The Scottish Salmon Producers Organisation say the compensation will help some businesses; but the priority must be to get salmon to customers in the EU quickly and efficiently – as customers on the continent are cancelling their orders.

Westminster say the scheme is targeted at small and medium-sized fishing businesses who can claim a maximum of £100,000 to cover their losses.

Industry leaders say cash injections only offer a sticking plaster, but that won’t be enough to “completely staunch the wound”. Industry body Seafood Scotland also called on trade and customs systems to be overhauled so they are fit for purpose. 

The salmon farming sector alone is worth £300 million every year in exports to Europe. So it seems the support package on offer from the UK government is a case of - not bad, but cod do better.




It will take more than a pandemic to stop Scots around the world celebrating Rabbie Burns, while raising a glass to the “great chieftain o the puddin'-race”, this year.

The world’s largest Burns supper takes place tonight. Haggis brand, Macsween will host the event on Facebook, helping people come together, safely, to celebrate our national bard.

The oft maligned Scots delicacy has experienced a renaissance over the last decade, with the tonnage of haggis shipped across the world increasing by 136 per cent in that time and now boasting an export value worth £8.8 million.

Hong Kong, a far cry from Rabbie’s hometown in Ayrshire, is the most popular destination for Haggis exports outside Europe. I wonder what Burns would have made of that when he penned his famous address to the “warm-reekin, rich haggis”?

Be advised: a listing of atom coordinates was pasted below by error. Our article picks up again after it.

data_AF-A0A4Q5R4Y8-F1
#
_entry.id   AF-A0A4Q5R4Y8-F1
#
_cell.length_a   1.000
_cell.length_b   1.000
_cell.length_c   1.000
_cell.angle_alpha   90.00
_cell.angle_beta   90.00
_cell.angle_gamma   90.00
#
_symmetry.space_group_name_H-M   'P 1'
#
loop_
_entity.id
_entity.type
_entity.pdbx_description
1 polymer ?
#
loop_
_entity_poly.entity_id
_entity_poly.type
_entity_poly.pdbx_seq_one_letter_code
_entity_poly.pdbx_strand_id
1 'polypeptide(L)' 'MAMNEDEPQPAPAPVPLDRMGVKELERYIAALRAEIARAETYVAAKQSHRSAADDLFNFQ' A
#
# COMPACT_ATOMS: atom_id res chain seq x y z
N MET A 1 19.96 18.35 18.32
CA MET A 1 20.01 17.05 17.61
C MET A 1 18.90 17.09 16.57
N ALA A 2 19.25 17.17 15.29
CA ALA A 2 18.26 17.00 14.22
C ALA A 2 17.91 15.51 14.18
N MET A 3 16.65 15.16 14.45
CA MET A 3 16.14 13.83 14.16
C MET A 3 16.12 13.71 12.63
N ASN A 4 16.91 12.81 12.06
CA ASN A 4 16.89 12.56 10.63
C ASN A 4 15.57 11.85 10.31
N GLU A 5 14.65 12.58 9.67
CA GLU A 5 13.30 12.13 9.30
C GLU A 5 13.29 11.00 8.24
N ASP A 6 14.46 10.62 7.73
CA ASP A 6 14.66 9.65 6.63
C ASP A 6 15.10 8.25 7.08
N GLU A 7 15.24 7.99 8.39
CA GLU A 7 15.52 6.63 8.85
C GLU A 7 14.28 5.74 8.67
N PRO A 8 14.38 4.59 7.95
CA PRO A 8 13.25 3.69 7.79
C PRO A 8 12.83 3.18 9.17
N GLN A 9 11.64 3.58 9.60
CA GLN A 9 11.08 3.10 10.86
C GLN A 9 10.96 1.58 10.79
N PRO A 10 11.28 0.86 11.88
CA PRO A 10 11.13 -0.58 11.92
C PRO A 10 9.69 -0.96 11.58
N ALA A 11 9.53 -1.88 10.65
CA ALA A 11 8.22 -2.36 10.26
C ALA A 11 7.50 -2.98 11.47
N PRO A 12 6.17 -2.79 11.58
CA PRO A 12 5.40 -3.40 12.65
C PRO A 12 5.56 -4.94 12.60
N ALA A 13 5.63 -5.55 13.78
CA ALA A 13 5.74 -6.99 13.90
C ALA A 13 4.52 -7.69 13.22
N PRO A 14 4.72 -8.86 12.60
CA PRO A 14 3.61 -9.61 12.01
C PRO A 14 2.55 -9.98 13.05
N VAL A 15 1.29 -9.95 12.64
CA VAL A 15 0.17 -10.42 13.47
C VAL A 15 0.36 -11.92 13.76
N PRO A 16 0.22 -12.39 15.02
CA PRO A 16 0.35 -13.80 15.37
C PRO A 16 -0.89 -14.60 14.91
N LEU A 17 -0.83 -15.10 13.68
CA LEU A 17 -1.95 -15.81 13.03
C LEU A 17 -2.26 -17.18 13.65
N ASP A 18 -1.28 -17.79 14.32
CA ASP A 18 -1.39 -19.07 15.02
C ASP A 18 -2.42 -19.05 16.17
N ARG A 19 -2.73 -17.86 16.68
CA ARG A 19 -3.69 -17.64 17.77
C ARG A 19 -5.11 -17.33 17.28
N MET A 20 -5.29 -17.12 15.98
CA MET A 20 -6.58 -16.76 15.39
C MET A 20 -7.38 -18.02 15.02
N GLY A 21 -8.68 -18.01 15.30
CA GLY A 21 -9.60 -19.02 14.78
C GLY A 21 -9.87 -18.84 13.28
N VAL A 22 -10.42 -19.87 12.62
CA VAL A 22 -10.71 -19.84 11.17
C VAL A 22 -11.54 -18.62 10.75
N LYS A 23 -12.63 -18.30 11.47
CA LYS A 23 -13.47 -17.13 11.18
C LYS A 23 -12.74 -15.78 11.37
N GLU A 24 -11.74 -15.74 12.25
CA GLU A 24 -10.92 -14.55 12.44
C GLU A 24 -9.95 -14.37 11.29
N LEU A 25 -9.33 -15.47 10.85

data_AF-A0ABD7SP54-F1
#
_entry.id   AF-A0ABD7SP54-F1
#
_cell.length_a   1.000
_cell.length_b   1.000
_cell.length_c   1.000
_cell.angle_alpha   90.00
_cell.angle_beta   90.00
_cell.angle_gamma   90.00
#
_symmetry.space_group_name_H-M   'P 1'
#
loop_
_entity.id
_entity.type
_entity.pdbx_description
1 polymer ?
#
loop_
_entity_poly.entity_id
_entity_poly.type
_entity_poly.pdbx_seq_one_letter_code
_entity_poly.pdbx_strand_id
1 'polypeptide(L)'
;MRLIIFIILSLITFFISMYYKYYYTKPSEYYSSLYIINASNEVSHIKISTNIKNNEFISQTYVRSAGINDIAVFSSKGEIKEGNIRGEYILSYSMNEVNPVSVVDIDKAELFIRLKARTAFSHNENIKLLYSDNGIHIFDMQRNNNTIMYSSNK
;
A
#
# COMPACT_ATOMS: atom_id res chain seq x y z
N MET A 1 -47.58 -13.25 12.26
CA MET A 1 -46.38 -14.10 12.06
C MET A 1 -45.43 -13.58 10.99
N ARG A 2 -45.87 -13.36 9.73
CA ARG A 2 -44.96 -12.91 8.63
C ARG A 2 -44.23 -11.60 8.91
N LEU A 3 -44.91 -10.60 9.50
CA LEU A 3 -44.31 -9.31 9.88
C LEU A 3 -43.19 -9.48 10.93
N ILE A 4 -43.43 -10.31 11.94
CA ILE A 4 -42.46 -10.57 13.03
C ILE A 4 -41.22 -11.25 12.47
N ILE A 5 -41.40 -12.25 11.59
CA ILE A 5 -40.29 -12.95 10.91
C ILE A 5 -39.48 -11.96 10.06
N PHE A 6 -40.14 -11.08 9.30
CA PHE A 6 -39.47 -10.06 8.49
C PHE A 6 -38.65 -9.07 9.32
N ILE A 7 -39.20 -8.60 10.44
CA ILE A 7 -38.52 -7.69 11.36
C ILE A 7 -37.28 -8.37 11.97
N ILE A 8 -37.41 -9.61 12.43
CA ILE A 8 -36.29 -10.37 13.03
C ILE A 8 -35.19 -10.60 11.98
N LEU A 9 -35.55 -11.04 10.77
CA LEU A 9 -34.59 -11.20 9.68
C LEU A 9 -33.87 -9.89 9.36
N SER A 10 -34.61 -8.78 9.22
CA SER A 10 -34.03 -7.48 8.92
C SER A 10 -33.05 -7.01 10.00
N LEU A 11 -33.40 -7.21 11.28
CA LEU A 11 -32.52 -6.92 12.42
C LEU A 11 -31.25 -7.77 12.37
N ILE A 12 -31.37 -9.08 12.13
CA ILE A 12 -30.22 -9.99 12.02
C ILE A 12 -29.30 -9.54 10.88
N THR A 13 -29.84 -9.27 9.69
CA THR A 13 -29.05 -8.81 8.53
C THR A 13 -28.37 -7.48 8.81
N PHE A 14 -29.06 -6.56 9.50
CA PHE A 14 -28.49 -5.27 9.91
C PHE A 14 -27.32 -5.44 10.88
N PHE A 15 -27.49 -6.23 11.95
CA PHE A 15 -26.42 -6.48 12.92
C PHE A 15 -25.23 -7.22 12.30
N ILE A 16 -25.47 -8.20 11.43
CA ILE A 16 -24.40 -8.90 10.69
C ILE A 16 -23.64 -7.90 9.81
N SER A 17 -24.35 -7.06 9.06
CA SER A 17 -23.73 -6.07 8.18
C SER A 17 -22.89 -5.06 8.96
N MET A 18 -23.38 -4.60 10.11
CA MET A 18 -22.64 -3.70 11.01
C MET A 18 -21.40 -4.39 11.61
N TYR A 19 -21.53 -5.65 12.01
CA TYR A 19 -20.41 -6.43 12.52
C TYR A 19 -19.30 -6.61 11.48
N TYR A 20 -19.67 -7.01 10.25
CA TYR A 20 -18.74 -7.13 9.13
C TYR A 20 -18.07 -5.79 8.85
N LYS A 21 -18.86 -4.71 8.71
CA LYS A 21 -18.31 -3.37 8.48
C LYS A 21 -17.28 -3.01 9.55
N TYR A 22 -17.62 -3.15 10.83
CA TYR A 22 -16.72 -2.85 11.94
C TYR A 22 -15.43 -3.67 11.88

Last week the Scottish Government announced further lockdown restrictions, including continued remote learning for school kids.

It means parents will have to continue juggling working from home, remote learning and childcare - as teachers try their best to provide lessons online. 

Parents are resourceful. Some use increased time at home to teach their children vital life skills like budgeting, cooking and cleaning. Others share the schedule in shifts, to split up teaching responsibilities. While those with a bit more cash are outsourcing the job through one-to-one online tuition.

Taking time out of your working day to teach however undoubtedly has an impact on productivity and output, with many parents struggling mentally with the added responsibility.

Here’s hoping a return to normality soon to give parents a break and let teachers and kids get back to the classroom.